This equation has some unique characteristics. This is an important equation connecting quantitatively Vf and V in liquid systems. Again this gives a second confirmation of Hirchfelder et al [6] who first showed that the free volume of a molecule at a particular pressure of a liquid in which it is immersed.
In Eqn.(11) the molecules in solids are assumed to be localized whereas in Eqn. (12) giving the partition function for a liquid, the molecules are not localilsed but the entire free volume is available for them. Thus the free volume available in a liquid system may be called the communal free volume. Hence any change in the communal free volume Vf apart from situations analysed by Gurney [11,12] and Wood [13] will be an indication of change in the entropy of the system.
2. Internal Pressure, Free Volume and Sound Velocity:
The velocity of sound for liquids is 5 to 10 times greater than the average velocity predicted by the Kinetic theory of gases. Suppose there are three molecules A, B and C in a line, and the wave front travels from the inner edges of B with a velocity of sound Ug Applicable to an ideal gas, then
Where τ is the ratio of specific heats of the gas and M is its molecular weight. As A collides with B, however, the signal is transmitted almost instantaneously to the opposites edges of B.
Thus although the wave front moves apparently through the distance V1/3, it effectively travels a distance Vf1/3 as seen in the above Fig.
In the case of gases Vf1/3 , is not too different from V1/3 and in the case of solids Vf1/3 is far too small compared to V1/3. There are essential differences in the manner in which transverse stresses is propagated through gasses and solids. In a liquid, momentum is transferred partly by the diffusion as in gases, which is a relatively slow process, and partly by transverse elastic waves as in crystals, which is an extremely rapid process and the effective viscosity depends on their relative contributions. Thus the free volume plays an important role in ultrasonic propagation in liquids, and Vf1/3 is very small in the case of solids. The relation between free volume and viscosity has been derived by Bingham [14] and McLeod [8].
Liquids are characterized by viscous relaxation when subjected to ultrasonic radiation. In other words, material response by way of round propagation to mechanical stress signified by ultrasonic irradiation is not instantaneous but the two are separated by a time interval, which is about the same as viscous relaxation time. Thermal relaxation is negligible during sound propagation in liquids.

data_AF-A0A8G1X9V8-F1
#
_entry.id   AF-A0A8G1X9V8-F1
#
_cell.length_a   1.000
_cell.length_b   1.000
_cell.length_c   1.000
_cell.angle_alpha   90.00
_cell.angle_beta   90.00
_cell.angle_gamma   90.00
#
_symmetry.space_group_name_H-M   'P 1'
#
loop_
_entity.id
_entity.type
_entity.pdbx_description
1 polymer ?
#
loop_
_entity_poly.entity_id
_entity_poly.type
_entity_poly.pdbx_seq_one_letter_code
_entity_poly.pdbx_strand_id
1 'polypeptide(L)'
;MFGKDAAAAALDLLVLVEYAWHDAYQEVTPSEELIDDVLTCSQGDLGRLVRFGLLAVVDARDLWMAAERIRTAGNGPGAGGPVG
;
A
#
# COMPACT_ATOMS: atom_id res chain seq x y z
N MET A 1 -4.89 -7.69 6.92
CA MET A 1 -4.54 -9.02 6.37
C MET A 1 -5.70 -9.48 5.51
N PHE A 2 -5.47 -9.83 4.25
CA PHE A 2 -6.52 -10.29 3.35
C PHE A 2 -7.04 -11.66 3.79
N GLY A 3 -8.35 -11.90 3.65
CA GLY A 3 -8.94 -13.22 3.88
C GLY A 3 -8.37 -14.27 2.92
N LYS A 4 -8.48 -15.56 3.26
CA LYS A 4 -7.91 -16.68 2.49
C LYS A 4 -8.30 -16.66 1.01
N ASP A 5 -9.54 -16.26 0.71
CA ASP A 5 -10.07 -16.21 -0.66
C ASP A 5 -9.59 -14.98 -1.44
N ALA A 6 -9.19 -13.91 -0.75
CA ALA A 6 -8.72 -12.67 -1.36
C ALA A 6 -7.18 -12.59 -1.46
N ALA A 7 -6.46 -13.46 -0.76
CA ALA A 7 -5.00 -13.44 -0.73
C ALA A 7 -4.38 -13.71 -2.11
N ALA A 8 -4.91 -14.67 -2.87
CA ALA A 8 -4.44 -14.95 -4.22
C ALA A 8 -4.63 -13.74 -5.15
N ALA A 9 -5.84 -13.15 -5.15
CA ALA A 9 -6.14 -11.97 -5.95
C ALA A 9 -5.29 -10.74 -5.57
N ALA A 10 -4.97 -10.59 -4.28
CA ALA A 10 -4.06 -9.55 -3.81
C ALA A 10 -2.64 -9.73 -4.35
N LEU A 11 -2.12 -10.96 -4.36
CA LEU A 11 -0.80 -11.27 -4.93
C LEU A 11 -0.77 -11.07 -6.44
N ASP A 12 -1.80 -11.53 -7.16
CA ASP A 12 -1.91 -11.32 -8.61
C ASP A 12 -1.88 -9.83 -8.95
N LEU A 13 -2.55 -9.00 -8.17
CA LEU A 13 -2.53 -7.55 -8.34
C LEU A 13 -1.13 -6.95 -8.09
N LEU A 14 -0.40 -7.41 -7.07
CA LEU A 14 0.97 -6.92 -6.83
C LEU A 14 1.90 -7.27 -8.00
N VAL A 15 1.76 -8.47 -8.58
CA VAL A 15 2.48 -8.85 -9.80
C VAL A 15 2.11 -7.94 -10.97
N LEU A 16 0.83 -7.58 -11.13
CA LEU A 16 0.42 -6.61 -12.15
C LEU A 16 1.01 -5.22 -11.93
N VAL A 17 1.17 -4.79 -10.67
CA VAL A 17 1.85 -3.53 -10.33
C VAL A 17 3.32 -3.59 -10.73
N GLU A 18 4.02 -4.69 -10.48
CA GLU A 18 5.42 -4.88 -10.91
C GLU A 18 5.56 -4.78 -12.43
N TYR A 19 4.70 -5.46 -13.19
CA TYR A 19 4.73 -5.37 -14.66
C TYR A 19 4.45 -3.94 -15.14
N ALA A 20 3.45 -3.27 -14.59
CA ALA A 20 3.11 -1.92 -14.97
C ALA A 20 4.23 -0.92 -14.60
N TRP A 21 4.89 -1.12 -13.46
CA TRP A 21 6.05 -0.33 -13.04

involved in determining the internal pressure of a liquid by other methods, Eqn.(28) is reliable. This is the first equation involving easily measurable quantities, which are fundamentally responsible for the structure of a liquid or a solution.


Theoretical expressions for internal pressure and free volume per unit molecules have been successfully eveluatede by considering thermodynamical properties like entropy, volume and temperature liquid property like viscosity. The values obtained for the internal pressure and free volume per molecule ion the present work coincide with values obtained in the literature available showing the validity of the present work.


The authors are very thankful to Hon., Chairman, Chancellors, Vice-Chancellor, Director and Dean (Enge) and Dean R&D of Bharath University for their continuous support and encouragement given to bring out this paper.


1. Newton, R.F. & Eyring H., Trans.Faraday.Soc.33-73(1937 V,4,111-119(1977)

2. Leonard – Jones, J.E.: Proc. Roy.Soc.A.106, 463 (1924)

3. Rice. O.K., J. Chem. Phys., 5 353 (1937).

4. Frank, S.H., Barker, J.A. J.Chem. Phy., 13 473, 493 (1945).

5. Frank, S.H. & Evans, M.W., J. Chem. Phy., 13 507 (1945).

6. Hirschfelder J.E.,Stevenson, D.P.&Eyring: J.Chem.Phy.5, 901(1937)

7. Batschinski A.J.Z Phy Chem. (Germany), 84,643 (1913)

8. Mccleod D.B., Trans Faraday SOC (GB) 41,771 (1945)

9. Hildebrand JH, Science (USA), 174 490 (1971).

10. Hidlebrand Jh & Lamereaus Rh. Proc Natl Acad Sci (USA) 69, 3428 (1972)

11. Gurney, R.W.: Introduction to Statistical mechanics, Chap.7, McGraw Hill (1949).

12. Gurney, R.W.: Ionic process in solution, chap.3 McGraw Mill (1953).

13. Wood, Scott, E., Brusic.: J.Am. Chem.Sec. 65, 1891 (1943).

14. Bingham, E.C. Fluidity and Plasticity, McGraw Hill, (1922).

15.Suryanarayana, C.V. Kuppusamy, J.J ACoust SOC. Ind.9 759 (1976)